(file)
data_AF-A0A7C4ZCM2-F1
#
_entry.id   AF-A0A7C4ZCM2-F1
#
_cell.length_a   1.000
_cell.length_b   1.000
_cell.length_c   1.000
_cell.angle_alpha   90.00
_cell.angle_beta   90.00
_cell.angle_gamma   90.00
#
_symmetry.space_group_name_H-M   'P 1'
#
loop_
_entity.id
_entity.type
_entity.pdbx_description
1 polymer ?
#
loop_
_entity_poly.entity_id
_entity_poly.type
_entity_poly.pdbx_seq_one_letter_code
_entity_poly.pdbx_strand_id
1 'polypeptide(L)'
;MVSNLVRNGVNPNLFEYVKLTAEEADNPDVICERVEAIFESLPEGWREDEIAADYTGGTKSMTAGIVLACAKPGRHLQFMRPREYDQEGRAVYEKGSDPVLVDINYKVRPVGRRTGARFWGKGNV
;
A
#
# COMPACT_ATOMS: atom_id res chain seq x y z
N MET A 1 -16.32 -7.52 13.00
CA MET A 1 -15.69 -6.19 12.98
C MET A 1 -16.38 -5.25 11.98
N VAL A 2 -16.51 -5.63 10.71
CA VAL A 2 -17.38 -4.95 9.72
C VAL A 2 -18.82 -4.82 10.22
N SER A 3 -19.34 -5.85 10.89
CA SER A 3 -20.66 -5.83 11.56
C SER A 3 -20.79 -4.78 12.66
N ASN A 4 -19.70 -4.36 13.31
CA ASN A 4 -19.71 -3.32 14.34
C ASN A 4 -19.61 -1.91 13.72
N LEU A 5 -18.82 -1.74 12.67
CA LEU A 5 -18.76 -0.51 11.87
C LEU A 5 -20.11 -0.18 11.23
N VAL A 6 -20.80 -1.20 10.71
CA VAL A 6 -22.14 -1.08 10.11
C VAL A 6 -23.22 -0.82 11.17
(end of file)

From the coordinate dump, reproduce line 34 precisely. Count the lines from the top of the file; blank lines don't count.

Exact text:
N VAL A 2 -16.51 -5.63 10.71